Wednesday, January 8, 2014

The Neurosis of the Holidays

By His Eminenece Metropolitan Hierotheos
of Nafpaktos and Agiou Vlasiou

Now that the Twelve Days [of Christmas and Theophany] have passed we must remember an interesting view of the great psychotherapist Victor Frankl that is related to the different types of neuroses, which are associated with the so-called noögenic neuroses.

In the works of this great psychotherapist he makes a distinction between psychogenic neuroses, which are reduced to the psychological field, and noögenic neuroses, which is associated with the noological dimension of human existence, namely the acquisition of meaning for life. He presents the truth that people today are suffering mainly because they have no meaning in their life, which manifests itself in many ways.

Among the various neuroses he includes "Sunday neurosis", which is when a person realizes their existential vacuum, exactly when "the burden of the busy week ends on Sunday, and the emptiness inside him suddenly appears." That is, when a person all week with continuous busyness and employment tries to forget this existential vacuum, forgetting that their life is meaningless. Thus, when they stop this activity, then they are occupied by melancholy, pain and with terrible consequences in their existence.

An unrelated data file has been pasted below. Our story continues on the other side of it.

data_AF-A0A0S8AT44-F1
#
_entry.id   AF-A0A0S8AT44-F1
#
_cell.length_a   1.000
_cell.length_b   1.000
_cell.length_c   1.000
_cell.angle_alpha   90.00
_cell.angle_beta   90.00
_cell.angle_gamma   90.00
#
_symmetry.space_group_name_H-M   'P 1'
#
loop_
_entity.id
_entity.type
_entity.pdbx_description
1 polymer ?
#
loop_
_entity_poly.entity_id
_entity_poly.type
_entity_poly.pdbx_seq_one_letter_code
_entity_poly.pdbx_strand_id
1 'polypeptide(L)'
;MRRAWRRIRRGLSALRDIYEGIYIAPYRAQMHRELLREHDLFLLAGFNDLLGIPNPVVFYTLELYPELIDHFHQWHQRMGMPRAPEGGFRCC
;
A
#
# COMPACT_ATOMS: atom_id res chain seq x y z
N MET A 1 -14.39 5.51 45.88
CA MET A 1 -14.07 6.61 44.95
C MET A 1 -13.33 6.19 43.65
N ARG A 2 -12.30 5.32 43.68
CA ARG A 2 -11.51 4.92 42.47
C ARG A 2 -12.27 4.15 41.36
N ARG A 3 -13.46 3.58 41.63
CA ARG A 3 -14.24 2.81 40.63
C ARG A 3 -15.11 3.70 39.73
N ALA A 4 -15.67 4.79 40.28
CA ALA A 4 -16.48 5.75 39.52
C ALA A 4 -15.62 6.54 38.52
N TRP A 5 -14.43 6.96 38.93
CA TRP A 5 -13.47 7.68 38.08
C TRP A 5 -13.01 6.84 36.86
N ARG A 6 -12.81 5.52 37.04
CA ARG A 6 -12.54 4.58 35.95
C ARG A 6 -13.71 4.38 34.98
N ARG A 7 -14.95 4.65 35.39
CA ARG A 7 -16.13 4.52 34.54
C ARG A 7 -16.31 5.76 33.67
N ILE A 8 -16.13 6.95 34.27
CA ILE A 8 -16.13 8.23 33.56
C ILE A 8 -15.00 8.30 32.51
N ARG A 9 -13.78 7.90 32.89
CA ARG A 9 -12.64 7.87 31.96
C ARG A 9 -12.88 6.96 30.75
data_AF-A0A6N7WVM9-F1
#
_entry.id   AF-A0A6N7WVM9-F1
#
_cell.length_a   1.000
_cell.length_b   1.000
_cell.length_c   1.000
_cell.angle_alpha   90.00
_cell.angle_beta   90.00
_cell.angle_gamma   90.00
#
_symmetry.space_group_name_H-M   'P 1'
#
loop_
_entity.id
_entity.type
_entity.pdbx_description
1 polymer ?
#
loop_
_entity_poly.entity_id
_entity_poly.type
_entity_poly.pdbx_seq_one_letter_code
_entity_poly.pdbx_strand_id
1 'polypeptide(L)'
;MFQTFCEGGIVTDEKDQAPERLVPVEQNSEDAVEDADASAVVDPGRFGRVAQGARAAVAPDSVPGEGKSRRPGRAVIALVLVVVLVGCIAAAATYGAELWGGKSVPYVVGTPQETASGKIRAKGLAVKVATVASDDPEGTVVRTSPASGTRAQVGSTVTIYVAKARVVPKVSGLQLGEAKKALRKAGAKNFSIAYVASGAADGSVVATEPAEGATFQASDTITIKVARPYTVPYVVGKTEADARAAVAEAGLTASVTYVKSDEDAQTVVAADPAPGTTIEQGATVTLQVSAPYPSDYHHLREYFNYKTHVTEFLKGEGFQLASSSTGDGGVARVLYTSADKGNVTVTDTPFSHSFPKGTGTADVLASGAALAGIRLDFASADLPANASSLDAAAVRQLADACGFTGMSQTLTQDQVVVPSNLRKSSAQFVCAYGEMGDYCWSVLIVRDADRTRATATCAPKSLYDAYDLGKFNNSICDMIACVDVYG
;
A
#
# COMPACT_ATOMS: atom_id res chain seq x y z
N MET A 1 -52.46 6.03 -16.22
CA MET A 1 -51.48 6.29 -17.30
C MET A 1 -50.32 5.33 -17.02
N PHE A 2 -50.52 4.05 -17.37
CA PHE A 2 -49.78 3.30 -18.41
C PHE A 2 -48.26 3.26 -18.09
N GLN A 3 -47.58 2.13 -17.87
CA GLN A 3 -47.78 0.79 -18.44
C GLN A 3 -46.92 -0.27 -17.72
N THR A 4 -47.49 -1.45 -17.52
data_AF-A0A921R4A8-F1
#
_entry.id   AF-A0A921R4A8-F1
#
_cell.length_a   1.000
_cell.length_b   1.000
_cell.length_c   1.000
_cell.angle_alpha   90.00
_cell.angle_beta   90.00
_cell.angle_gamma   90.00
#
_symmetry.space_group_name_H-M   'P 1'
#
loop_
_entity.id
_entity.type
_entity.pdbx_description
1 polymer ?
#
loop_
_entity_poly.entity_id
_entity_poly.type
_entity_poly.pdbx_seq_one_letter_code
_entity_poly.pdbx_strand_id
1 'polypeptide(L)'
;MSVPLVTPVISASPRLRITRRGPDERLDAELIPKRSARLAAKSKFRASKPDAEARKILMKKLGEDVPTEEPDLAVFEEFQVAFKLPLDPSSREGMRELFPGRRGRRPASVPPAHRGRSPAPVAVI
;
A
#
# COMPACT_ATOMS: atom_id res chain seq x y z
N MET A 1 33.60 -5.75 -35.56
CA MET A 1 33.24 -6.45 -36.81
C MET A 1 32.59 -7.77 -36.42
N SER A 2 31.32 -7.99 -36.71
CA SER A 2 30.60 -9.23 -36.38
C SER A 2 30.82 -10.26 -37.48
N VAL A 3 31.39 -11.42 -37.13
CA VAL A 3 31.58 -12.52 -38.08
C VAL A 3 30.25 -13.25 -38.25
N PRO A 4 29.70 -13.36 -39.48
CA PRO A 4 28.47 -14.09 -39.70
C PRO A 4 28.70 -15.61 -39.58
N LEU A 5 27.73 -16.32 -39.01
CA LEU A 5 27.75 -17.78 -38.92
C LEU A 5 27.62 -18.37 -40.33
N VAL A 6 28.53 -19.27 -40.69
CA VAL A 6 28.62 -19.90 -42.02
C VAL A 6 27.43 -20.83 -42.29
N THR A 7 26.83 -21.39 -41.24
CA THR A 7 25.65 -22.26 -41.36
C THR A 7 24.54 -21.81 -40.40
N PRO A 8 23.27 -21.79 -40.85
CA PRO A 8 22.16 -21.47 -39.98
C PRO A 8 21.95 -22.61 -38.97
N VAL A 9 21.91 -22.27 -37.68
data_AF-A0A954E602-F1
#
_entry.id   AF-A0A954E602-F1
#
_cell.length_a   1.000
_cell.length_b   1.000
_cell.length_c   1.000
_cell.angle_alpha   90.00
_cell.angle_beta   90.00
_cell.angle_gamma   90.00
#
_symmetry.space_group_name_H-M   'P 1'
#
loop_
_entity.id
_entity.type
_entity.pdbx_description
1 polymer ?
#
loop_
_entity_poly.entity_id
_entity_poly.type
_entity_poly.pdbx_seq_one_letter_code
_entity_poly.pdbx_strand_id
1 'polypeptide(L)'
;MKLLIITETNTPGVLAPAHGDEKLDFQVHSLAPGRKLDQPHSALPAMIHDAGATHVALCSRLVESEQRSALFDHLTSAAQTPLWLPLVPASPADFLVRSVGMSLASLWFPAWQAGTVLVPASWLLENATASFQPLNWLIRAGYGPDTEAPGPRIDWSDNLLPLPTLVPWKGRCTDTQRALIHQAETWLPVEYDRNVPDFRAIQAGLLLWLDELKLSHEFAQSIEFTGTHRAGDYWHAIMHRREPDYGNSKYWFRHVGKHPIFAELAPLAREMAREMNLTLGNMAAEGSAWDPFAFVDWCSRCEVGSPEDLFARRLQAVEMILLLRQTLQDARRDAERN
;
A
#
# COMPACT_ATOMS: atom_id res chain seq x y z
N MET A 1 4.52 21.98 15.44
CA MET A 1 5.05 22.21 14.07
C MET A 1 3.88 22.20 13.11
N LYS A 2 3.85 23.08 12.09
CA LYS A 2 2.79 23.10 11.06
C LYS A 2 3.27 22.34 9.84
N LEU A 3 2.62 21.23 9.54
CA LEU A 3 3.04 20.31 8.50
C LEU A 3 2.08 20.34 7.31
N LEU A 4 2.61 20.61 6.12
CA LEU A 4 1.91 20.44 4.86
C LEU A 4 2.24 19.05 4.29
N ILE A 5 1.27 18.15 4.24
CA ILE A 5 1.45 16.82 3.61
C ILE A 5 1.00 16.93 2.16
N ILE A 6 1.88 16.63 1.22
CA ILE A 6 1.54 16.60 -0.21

We could extend this aspect of Frankl, arguing that we observe many times the people around us holding on to the neurosis of the holidays. What he realized in regards to Sunday, is also noticeable during the major holidays of Christendom, such as Christmas, Easter, etc.

Apart from what Frankl says as to what takes place on Sundays, on major holidays we observe the same situations. People, especially here in Greece, prepare for the great feasts of Christmas and Easter. They think they will find something to satisfy their existential hunger and thirst. But they are not looking for it from the depths of their heart and approaching the deeper and true meaning of the events of the holiday. These involve repentance, humility, mental preparation, Confession and Holy Communion. Rather they focus on the external aspects, such as the purchasing of various items, traveling, making visitations, and the festive table. It is true, of course, that these external standard procedures do not satisfy a persons spiritual state of being, and thus the existential vacuum or emptiness remains.

Therefore, while a person expects the holidays to answer their existential questions, in regards to matters of life and death, yet they do not achieve it, since they remain on the surface and do not go deep into the events. This just leads to melancholy, despair and emptiness. It has been noted by many that during the festive season bickering takes place among families, crimes increase and psychic traumas grow. All of this is explained through this perspective, since on these major days man fails to give rest to his spirit, despite the vivid nostalgia and search.

One way to avoid the pain of the neurosis of the holidays is to follow the entire teaching of the Church with the forty-day preparation for the feasts. And of course, to participate as much as we can in the worship services.

Source: Ekklesiastiki Paremvasi, "Η νεύρωση των εορτών", January 1998. Translated by John Sanidopoulos.

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